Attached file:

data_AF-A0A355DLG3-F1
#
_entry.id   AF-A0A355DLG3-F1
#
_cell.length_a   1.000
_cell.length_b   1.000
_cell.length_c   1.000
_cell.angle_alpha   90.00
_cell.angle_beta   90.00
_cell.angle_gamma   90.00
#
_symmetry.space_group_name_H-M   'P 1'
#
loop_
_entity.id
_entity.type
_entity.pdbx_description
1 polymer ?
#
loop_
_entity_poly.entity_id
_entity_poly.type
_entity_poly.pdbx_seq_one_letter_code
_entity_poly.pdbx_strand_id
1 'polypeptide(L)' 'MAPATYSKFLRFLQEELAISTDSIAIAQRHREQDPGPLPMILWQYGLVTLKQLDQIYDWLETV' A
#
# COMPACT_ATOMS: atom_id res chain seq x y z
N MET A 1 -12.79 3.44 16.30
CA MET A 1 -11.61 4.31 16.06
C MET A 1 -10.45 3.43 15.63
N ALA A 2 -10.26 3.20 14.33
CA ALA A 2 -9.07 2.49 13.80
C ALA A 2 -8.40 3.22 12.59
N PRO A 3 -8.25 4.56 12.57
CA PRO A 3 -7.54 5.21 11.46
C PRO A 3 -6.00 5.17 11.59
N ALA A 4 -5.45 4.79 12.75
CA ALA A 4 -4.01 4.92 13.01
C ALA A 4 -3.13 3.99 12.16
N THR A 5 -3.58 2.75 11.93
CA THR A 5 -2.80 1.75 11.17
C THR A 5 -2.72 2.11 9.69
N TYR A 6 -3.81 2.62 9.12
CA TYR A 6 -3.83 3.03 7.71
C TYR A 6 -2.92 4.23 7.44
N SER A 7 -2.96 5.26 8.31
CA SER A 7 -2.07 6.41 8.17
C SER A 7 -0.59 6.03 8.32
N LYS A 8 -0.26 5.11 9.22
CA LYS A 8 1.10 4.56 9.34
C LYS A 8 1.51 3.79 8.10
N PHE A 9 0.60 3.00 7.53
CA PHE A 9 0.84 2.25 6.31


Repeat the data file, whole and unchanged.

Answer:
data_AF-A0A355DLG3-F1
#
_entry.id   AF-A0A355DLG3-F1
#
_cell.length_a   1.000
_cell.length_b   1.000
_cell.length_c   1.000
_cell.angle_alpha   90.00
_cell.angle_beta   90.00
_cell.angle_gamma   90.00
#
_symmetry.space_group_name_H-M   'P 1'
#
loop_
_entity.id
_entity.type
_entity.pdbx_description
1 polymer ?
#
loop_
_entity_poly.entity_id
_entity_poly.type
_entity_poly.pdbx_seq_one_letter_code
_entity_poly.pdbx_strand_id
1 'polypeptide(L)' 'MAPATYSKFLRFLQEELAISTDSIAIAQRHREQDPGPLPMILWQYGLVTLKQLDQIYDWLETV' A
#
# COMPACT_ATOMS: atom_id res chain seq x y z
N MET A 1 -12.79 3.44 16.30
CA MET A 1 -11.61 4.31 16.06
C MET A 1 -10.45 3.43 15.63
N ALA A 2 -10.26 3.20 14.33
CA ALA A 2 -9.07 2.49 13.80
C ALA A 2 -8.40 3.22 12.59
N PRO A 3 -8.25 4.56 12.57
CA PRO A 3 -7.54 5.21 11.46
C PRO A 3 -6.00 5.17 11.59
N ALA A 4 -5.45 4.79 12.75
CA ALA A 4 -4.01 4.92 13.01
C ALA A 4 -3.13 3.99 12.16
N THR A 5 -3.58 2.75 11.93
CA THR A 5 -2.80 1.75 11.17
C THR A 5 -2.72 2.11 9.69
N TYR A 6 -3.81 2.62 9.12
CA TYR A 6 -3.83 3.03 7.71
C TYR A 6 -2.92 4.23 7.44
N SER A 7 -2.96 5.26 8.31
CA SER A 7 -2.07 6.41 8.17
C SER A 7 -0.59 6.03 8.32
N LYS A 8 -0.26 5.11 9.22
CA LYS A 8 1.10 4.56 9.34
C LYS A 8 1.51 3.79 8.10
N PHE A 9 0.60 3.00 7.53
CA PHE A 9 0.84 2.25 6.31